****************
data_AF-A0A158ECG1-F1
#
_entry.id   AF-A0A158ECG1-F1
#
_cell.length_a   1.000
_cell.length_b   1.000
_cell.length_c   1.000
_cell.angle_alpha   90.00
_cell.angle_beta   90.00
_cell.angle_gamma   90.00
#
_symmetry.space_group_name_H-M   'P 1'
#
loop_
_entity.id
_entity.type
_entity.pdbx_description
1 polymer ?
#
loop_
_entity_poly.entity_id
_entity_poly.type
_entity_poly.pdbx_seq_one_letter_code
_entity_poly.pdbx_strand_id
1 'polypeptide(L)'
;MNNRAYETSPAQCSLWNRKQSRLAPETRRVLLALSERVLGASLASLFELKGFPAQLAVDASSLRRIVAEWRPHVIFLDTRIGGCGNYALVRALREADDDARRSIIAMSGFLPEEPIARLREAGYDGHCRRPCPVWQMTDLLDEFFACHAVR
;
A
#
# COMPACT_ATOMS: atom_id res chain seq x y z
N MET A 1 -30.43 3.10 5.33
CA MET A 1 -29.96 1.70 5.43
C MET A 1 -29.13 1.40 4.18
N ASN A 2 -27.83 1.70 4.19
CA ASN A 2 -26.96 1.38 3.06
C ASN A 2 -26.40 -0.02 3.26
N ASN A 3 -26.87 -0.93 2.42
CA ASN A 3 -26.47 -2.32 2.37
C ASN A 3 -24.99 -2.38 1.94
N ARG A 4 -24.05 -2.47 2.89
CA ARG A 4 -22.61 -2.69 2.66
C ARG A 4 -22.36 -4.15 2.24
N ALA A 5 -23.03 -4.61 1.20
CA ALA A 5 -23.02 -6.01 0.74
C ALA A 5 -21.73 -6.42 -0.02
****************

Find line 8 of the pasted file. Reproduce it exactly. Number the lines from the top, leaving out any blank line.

_cell.angle_alpha   90.00